It is the goal of many people to retire at a relatively young age and then live off the income from investments. For many retirees, shares form the backbone of their retirement portfolios. In the long run, they are expected to offer high returns and can offer above-inflation income opportunities in many cases. However, is the idea than an investor can retire and live off their shares simply unrealistic? Or, is it possible to own a diverse range of stocks and lead a comfortable retirement?
As mentioned, the returns on shares generally exceed the returns on all other mainstream assets in the long run. Holding assets such as cash, bonds and even property is likely to mean a lower terminal value than if the cash had been used to buy a diverse range of stocks. Therefore, in the long run it seems logical to invest an entire retirement portfolio in shares. After all, it is likely to lead to a higher valuation and potentially more spending power in the long run.
However, the main problem with shares is their volatility. At the present time, global stock markets are generally high. Therefore, investing in shares probably seems to be a sound idea to most people. The reality, though, is that a bear market will inevitably surface at some point in future. No stock market has ever risen in perpetuity, and so there will be a fall in the value of portfolios which are dominated by shares at some point in future.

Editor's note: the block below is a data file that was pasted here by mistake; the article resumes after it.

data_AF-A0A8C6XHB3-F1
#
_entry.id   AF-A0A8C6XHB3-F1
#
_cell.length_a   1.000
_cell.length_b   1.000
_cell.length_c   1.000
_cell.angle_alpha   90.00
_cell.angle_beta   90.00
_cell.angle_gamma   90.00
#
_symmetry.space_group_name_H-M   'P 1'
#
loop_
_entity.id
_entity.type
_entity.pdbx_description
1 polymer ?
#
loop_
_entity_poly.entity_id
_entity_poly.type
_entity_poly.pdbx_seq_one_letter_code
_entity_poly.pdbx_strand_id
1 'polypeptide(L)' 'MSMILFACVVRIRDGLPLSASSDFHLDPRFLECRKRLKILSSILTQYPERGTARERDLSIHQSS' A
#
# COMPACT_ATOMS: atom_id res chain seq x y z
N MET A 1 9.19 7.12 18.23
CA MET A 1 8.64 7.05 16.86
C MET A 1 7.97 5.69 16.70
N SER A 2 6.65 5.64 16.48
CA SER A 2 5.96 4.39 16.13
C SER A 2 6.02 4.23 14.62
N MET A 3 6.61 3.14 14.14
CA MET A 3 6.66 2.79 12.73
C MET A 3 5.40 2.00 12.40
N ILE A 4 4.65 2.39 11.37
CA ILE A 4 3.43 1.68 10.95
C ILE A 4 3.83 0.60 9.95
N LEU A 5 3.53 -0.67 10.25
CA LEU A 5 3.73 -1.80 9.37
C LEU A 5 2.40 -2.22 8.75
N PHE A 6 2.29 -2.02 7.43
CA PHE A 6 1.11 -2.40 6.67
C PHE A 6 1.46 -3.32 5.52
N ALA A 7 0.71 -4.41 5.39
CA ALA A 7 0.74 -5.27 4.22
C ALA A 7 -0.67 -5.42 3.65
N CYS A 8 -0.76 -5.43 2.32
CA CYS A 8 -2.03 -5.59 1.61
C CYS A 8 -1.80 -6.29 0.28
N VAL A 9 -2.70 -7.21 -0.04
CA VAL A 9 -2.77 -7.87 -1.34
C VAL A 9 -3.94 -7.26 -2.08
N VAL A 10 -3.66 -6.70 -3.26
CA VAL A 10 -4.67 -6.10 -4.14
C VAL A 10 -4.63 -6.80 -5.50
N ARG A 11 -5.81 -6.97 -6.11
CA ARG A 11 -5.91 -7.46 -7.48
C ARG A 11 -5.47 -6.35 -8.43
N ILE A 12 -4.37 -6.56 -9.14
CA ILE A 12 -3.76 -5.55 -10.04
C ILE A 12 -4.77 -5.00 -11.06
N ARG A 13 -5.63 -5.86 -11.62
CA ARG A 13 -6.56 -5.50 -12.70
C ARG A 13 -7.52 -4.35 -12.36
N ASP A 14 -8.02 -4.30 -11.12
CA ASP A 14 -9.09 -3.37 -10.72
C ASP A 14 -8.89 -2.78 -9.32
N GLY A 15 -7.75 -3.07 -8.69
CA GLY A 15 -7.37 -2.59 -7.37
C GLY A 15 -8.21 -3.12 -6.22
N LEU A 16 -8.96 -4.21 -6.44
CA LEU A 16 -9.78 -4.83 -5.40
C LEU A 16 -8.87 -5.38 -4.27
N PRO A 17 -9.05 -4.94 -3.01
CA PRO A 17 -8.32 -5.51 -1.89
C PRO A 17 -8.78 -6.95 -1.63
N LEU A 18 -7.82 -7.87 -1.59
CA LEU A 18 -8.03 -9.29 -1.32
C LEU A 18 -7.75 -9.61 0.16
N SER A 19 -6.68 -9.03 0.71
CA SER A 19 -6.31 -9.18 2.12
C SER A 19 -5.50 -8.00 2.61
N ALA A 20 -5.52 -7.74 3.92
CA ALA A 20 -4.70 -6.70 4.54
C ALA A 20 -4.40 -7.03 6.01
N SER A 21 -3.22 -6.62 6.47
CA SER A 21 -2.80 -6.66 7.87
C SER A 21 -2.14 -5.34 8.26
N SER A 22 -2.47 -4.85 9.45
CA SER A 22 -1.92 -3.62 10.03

Of course, the same could be said for most assets, but perhaps the difference with shares is that they are more volatile than other assets. For example, bond prices do not usually fluctuate to the same extent as share prices. Similarly, property valuations tend to move much more gradually than share prices, while the real value of cash is often only eroded gradually by inflation.
This high volatility can present problems to retirees - most of whom seek a reliable, stable and consistent income with which to enjoy their retirement. If the value of their portfolio is rising and falling dramatically, it may cause worry regarding its future valuation and the potential for a fall in income returns in the short run.
Due to the volatility of shares, it may be prudent for retirees to keep a portion of their portfolio in lower risk, less volatile assets such as short-term bonds. They may offer lower returns than shares, but they may also provide more stability and greater liquidity. This should ensure that a retiree has sufficient cash with which to survive in the short run in case share prices and dividends decline. And in the long run, they are still likely to benefit significantly from the capital growth and income return which shares have historically provided.
As such, the idea of living off shares in retirement is a realistic strategy to adopt. However, a consideration for short-term cash flow must also be factored in.
5 shares to retire on
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